This position is responsible for processing and maintaining criminal records and information in accordance with Federal, State and local laws and regulations as well as City and Department policies. Employees in this classification interact with various agencies, organizations and the public when distributing the requested information. This position ensures the accuracy and completeness of information contained within police reports which is then indexed into nationwide databases.
This position is responsible for dispatching calls for service and tracking public safety personnel on an emergency police radio system. This type of work includes continuously accessing and entering computer information, evaluating, triaging and disseminating critical information, and responding accordingly to meet the needs of police officers via the radio as they perform their jobs. A high level of ability to perform multiple tasks well during times of extreme air traffic is essential to successfully operating a busy frequency. Dispatchers must make decisions quickly to provide immediate support to the field based on established procedures and the information they receive. They monitor Computer Aided Dispatch screens that dynamically update as data is entered externally or internally, and they control the overall effectiveness of the frequency.
Involves answering emergency (911) and non emergency calls for service, requiring the operator to interview callers and verify and evaluate information given while recording the information according to the established guidelines for the department. Work includes accessing and entering computer information; this job also requires extensive keyboarding and multitasking. There is an intensive training program for this job, which requires the studying of written procedures as well as hands on experience. Communications personnel normally work a four, ten hours shifts per week and overtime as necessary. Work is stressful and fast paced and requires individuals to work a variety of shifts to include holidays.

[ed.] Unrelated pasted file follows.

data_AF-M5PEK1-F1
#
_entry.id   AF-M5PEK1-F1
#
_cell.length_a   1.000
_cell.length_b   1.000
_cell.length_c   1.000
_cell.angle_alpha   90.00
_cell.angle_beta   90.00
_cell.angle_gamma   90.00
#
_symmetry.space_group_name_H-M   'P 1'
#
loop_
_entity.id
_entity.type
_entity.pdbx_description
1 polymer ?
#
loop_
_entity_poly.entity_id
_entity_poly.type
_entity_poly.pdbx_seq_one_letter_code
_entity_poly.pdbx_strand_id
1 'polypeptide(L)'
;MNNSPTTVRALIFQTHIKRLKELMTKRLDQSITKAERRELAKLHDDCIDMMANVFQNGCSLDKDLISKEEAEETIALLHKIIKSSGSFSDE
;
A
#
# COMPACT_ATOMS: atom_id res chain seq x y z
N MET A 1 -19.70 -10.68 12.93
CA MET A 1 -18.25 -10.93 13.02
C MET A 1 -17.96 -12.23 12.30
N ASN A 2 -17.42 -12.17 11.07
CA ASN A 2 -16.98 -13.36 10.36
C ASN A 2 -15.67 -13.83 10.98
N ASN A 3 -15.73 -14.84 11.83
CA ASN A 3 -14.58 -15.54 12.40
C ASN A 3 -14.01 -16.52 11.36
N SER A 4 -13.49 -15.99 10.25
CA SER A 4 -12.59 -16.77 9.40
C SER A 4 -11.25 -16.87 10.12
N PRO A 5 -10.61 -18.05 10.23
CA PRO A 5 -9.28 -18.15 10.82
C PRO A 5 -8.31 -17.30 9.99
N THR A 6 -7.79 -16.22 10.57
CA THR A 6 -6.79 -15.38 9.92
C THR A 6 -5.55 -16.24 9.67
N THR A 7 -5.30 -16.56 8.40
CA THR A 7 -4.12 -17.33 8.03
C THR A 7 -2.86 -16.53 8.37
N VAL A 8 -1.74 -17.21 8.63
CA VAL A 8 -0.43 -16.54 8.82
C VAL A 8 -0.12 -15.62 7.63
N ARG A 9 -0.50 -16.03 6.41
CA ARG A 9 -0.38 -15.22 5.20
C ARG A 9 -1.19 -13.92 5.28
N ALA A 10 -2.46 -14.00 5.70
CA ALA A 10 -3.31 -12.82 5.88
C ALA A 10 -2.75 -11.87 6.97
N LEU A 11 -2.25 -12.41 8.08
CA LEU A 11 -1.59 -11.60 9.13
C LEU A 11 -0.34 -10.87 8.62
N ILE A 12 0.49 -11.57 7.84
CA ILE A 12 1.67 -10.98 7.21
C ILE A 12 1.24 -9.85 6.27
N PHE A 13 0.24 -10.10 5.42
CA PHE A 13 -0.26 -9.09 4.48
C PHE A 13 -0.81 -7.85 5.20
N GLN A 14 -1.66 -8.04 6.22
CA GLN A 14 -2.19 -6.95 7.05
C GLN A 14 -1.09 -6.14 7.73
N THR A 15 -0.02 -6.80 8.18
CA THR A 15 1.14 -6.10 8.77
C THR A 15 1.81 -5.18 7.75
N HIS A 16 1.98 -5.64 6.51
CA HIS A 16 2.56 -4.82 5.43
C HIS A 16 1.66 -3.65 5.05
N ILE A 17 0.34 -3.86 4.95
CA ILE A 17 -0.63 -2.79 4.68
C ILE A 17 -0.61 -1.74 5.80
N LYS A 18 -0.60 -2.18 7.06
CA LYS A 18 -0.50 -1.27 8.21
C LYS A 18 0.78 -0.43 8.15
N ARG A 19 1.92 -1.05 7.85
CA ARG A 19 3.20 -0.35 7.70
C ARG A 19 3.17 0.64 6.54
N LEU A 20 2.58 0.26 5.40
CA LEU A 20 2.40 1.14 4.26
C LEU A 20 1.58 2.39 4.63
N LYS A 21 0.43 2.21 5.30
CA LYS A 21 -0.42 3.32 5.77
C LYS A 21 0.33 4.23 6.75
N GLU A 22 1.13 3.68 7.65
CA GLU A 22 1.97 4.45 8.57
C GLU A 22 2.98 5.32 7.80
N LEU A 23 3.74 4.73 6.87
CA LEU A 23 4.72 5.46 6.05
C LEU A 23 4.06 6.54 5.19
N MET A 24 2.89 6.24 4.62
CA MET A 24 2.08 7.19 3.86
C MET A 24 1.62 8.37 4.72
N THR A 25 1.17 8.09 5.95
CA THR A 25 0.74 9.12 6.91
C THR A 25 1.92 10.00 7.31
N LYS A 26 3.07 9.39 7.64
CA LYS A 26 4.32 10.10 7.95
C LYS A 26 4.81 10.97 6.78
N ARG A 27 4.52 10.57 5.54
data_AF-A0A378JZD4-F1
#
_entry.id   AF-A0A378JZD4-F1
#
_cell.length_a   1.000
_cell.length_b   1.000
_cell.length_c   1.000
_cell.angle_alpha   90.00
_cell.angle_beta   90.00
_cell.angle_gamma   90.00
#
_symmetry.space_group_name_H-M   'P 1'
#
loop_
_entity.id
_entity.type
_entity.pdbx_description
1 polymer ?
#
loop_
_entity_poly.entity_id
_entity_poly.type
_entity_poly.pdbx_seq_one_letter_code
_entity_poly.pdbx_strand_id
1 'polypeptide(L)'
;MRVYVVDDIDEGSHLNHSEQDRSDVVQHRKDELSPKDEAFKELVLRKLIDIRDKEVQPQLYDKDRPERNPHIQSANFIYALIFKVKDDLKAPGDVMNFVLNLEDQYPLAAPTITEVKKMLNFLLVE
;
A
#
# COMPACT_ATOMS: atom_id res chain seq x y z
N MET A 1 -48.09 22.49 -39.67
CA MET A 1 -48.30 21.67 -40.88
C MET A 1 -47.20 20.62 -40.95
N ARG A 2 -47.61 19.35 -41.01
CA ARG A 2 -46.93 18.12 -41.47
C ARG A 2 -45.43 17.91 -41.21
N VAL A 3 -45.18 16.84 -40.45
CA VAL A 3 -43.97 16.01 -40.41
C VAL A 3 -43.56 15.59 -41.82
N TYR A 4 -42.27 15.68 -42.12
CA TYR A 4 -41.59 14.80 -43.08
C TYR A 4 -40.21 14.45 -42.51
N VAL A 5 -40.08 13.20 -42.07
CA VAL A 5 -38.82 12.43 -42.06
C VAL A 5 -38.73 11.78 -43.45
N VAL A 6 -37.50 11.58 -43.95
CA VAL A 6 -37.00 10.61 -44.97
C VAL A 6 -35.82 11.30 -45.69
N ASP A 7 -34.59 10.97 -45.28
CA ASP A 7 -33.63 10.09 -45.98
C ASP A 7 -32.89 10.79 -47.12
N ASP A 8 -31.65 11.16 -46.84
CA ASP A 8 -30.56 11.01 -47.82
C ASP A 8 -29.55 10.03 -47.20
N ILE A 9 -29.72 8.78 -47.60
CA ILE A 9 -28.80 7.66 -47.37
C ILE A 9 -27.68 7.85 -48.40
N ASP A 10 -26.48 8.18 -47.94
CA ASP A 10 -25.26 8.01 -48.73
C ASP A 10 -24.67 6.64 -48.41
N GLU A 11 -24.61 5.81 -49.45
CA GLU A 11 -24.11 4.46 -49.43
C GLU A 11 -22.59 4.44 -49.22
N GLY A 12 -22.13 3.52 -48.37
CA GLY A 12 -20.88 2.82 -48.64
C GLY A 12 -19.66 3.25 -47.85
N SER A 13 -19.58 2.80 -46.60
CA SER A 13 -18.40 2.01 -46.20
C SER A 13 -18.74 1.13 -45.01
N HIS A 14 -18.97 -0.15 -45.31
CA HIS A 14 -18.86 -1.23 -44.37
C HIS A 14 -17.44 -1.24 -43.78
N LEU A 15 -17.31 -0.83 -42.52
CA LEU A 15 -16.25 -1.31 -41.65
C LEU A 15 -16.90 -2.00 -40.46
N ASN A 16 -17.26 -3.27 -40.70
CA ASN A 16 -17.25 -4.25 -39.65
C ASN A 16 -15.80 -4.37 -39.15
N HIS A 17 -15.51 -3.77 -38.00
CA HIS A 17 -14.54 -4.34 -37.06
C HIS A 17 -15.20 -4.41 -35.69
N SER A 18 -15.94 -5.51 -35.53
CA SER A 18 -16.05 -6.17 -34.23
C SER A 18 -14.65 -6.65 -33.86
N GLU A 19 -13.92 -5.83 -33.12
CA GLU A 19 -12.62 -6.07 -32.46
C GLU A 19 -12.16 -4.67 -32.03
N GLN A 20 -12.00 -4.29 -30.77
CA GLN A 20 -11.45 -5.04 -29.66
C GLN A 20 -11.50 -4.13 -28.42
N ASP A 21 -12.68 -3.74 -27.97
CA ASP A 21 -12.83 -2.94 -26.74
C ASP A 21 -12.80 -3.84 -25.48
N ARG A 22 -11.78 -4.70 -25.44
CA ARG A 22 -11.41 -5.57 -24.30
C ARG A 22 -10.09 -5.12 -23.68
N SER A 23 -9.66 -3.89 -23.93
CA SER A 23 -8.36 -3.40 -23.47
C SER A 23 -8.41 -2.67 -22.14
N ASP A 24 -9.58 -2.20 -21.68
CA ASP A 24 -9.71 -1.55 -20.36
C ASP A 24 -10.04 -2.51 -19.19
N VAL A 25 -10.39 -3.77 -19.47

A Crime Scene Specialist conducts forensic crime scene investigations, which include photographing different scenes, processing for and lifting latent fingerprints, and collecting other forensic evidence as needed. The CSS is also responsible for fingerprinting the public and suspects that are under arrest, testifying in court on crime scene findings, conducting identity checks and computer searches using the Arizona Automated Fingerprint Identification System.
There are various criminalist positions within the crime lab at the Tucson Police Department. These positions involve technical laboratory work. Work may involve exposure to hazardous biological specimens and carcinogenic materials and requires considerable exercise of judgment and care in handling physical evidence to ensure personal safety and future legal acceptability. Criminalists routinely analyze blood samples for alcohol concentration, isolate and type DNA genetic profiles, examine evidence related to firearms and toolmarks, drugs, and trace evidence, process and compare latent fingerprints, operate laboratory instrumentation, check, maintain and repair instruments, render opinions, and offer expert testimony. Criminalists perform work in accordance with the American Society of Crime Laboratory Directors Acceditation Board (ASCLD/LAB) guidelines for forensic analysis.
Evidence Technicians transport, store, and manage all property seized by the Tucson Police Department. Evidence technicians provide customer service to the community by ensuring property cleared for release is returned to the rightful owner and evidence is available for the courts. The job of an Evidence Technician is highly physical and may involve heavy lifting and the operation of heavy equipment. Technicians are trained in the disposal and handling of hazardous materials such as firearms, bloody items, and narcotics.